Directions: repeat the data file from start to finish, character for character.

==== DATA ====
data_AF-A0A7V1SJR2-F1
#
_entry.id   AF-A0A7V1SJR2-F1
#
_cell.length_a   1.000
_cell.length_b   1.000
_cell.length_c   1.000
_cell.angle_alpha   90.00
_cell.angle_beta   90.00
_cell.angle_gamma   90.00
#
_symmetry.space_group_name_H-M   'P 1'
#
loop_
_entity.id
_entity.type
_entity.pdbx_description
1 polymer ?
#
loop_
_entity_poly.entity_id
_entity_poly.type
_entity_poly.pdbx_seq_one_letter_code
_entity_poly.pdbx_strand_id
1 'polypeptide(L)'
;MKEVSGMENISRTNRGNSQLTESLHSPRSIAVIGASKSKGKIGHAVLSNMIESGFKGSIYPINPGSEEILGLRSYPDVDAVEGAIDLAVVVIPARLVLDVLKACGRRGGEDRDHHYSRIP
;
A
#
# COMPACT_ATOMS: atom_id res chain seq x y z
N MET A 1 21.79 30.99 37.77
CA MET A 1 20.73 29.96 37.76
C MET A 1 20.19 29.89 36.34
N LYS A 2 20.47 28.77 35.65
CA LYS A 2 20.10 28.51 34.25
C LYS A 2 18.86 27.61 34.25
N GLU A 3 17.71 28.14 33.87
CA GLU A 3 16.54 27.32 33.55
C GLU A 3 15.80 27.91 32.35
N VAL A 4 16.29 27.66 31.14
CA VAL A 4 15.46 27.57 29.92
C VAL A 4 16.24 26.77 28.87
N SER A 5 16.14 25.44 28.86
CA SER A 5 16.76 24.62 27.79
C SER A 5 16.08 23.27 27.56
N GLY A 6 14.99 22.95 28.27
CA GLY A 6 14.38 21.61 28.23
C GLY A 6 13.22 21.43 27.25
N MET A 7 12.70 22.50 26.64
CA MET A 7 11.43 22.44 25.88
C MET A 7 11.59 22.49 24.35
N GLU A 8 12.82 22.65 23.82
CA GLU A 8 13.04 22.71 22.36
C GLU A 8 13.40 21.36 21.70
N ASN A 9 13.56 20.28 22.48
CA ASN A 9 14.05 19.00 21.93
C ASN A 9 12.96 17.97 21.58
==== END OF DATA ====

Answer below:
data_AF-A0A7V1SJR2-F1
#
_entry.id   AF-A0A7V1SJR2-F1
#
_cell.length_a   1.000
_cell.length_b   1.000
_cell.length_c   1.000
_cell.angle_alpha   90.00
_cell.angle_beta   90.00
_cell.angle_gamma   90.00
#
_symmetry.space_group_name_H-M   'P 1'
#
loop_
_entity.id
_entity.type
_entity.pdbx_description
1 polymer ?
#
loop_
_entity_poly.entity_id
_entity_poly.type
_entity_poly.pdbx_seq_one_letter_code
_entity_poly.pdbx_strand_id
1 'polypeptide(L)'
;MKEVSGMENISRTNRGNSQLTESLHSPRSIAVIGASKSKGKIGHAVLSNMIESGFKGSIYPINPGSEEILGLRSYPDVDAVEGAIDLAVVVIPARLVLDVLKACGRRGGEDRDHHYSRIP
;
A
#
# COMPACT_ATOMS: atom_id res chain seq x y z
N MET A 1 21.79 30.99 37.77
CA MET A 1 20.73 29.96 37.76
C MET A 1 20.19 29.89 36.34
N LYS A 2 20.47 28.77 35.65
CA LYS A 2 20.10 28.51 34.25
C LYS A 2 18.86 27.61 34.25
N GLU A 3 17.71 28.14 33.87
CA GLU A 3 16.54 27.32 33.55
C GLU A 3 15.80 27.91 32.35
N VAL A 4 16.29 27.66 31.14
CA VAL A 4 15.46 27.57 29.92
C VAL A 4 16.24 26.77 28.87
N SER A 5 16.14 25.44 28.86
CA SER A 5 16.76 24.62 27.79
C SER A 5 16.08 23.27 27.56
N GLY A 6 14.99 22.95 28.27
CA GLY A 6 14.38 21.61 28.23
C GLY A 6 13.22 21.43 27.25
N MET A 7 12.70 22.50 26.64
CA MET A 7 11.43 22.44 25.88
C MET A 7 11.59 22.49 24.35
N GLU A 8 12.82 22.65 23.82
CA GLU A 8 13.04 22.71 22.36
C GLU A 8 13.40 21.36 21.70
N ASN A 9 13.56 20.28 22.48
CA ASN A 9 14.05 19.00 21.93
C ASN A 9 12.96 17.97 21.58